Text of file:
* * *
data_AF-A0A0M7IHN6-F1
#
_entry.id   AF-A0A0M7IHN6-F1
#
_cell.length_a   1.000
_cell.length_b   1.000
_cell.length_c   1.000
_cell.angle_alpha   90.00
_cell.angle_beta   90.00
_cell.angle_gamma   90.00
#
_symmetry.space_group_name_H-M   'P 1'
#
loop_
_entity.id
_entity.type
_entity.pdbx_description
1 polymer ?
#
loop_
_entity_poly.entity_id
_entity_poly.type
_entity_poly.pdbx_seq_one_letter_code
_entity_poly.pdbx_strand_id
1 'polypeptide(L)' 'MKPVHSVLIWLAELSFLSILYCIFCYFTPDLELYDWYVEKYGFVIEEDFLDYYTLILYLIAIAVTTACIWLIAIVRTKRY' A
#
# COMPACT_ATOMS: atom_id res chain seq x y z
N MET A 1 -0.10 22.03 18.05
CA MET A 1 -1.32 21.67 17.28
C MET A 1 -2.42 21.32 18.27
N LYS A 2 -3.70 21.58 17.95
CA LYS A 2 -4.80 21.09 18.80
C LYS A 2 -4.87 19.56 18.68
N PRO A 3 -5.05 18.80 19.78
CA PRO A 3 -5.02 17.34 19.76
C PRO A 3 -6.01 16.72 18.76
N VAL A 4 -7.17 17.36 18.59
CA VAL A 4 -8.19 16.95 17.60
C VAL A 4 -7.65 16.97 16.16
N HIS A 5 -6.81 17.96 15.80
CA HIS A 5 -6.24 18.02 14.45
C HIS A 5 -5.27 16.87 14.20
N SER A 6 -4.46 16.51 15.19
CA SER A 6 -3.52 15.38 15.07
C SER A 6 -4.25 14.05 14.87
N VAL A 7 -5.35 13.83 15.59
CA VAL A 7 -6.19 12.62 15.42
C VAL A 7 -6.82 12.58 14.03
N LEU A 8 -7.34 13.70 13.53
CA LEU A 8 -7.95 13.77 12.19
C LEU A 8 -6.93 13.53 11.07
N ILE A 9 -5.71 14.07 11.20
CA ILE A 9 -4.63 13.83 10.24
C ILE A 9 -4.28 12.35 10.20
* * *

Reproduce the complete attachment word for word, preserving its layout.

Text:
data_AF-A0A0M7IHN6-F1
#
_entry.id   AF-A0A0M7IHN6-F1
#
_cell.length_a   1.000
_cell.length_b   1.000
_cell.length_c   1.000
_cell.angle_alpha   90.00
_cell.angle_beta   90.00
_cell.angle_gamma   90.00
#
_symmetry.space_group_name_H-M   'P 1'
#
loop_
_entity.id
_entity.type
_entity.pdbx_description
1 polymer ?
#
loop_
_entity_poly.entity_id
_entity_poly.type
_entity_poly.pdbx_seq_one_letter_code
_entity_poly.pdbx_strand_id
1 'polypeptide(L)' 'MKPVHSVLIWLAELSFLSILYCIFCYFTPDLELYDWYVEKYGFVIEEDFLDYYTLILYLIAIAVTTACIWLIAIVRTKRY' A
#
# COMPACT_ATOMS: atom_id res chain seq x y z
N MET A 1 -0.10 22.03 18.05
CA MET A 1 -1.32 21.67 17.28
C MET A 1 -2.42 21.32 18.27
N LYS A 2 -3.70 21.58 17.95
CA LYS A 2 -4.80 21.09 18.80
C LYS A 2 -4.87 19.56 18.68
N PRO A 3 -5.05 18.80 19.78
CA PRO A 3 -5.02 17.34 19.76
C PRO A 3 -6.01 16.72 18.76
N VAL A 4 -7.17 17.36 18.59
CA VAL A 4 -8.19 16.95 17.60
C VAL A 4 -7.65 16.97 16.16
N HIS A 5 -6.81 17.96 15.80
CA HIS A 5 -6.24 18.02 14.45
C HIS A 5 -5.27 16.87 14.20
N SER A 6 -4.46 16.51 15.19
CA SER A 6 -3.52 15.38 15.07
C SER A 6 -4.25 14.05 14.87
N VAL A 7 -5.35 13.83 15.59
CA VAL A 7 -6.19 12.62 15.42
C VAL A 7 -6.82 12.58 14.03
N LEU A 8 -7.34 13.70 13.53
CA LEU A 8 -7.95 13.77 12.19
C LEU A 8 -6.93 13.53 11.07
N ILE A 9 -5.71 14.07 11.20
CA ILE A 9 -4.63 13.83 10.24
C ILE A 9 -4.28 12.35 10.20